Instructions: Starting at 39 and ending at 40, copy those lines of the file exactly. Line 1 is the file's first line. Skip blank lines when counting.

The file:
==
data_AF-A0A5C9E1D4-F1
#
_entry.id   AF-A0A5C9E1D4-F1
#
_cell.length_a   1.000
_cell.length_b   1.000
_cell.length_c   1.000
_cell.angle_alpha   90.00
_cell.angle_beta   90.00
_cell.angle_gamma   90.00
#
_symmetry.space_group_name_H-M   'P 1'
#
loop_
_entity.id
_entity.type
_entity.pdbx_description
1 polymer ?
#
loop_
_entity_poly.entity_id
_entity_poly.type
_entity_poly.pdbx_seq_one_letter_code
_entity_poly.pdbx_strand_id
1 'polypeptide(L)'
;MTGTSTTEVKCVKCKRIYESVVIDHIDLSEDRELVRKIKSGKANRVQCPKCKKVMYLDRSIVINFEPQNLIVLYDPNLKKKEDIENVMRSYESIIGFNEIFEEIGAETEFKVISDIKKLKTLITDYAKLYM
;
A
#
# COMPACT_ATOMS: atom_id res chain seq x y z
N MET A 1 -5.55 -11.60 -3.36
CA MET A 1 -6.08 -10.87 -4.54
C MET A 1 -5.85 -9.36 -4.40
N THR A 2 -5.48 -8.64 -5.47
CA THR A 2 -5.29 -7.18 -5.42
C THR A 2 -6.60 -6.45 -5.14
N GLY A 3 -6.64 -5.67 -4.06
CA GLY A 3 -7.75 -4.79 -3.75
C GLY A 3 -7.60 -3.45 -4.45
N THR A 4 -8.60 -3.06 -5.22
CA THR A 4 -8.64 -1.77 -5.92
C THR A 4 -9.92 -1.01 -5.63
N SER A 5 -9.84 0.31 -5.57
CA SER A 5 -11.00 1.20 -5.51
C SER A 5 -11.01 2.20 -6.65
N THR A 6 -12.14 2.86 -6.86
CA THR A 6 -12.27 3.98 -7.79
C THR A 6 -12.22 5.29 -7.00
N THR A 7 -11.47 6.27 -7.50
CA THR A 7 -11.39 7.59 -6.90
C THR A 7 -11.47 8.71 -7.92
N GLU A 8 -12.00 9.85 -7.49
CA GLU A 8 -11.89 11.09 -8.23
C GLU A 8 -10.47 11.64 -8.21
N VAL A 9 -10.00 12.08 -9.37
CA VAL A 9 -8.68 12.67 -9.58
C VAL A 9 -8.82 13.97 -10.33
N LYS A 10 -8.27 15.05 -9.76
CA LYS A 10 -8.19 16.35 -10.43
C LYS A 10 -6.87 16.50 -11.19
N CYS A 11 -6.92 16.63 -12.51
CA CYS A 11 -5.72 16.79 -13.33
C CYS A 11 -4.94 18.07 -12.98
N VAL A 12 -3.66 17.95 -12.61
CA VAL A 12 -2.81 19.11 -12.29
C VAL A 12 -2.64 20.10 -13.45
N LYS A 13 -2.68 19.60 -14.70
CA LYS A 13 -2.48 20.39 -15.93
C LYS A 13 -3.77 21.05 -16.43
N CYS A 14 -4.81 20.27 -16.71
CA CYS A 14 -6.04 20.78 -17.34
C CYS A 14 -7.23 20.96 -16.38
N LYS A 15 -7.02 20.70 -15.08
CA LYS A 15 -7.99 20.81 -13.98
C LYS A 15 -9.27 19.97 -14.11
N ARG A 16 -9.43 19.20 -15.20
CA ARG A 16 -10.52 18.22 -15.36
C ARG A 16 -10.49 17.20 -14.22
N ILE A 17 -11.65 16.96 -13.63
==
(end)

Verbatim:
C GLY A 3 -7.60 -3.45 -4.45
N THR A 4 -8.60 -3.06 -5.22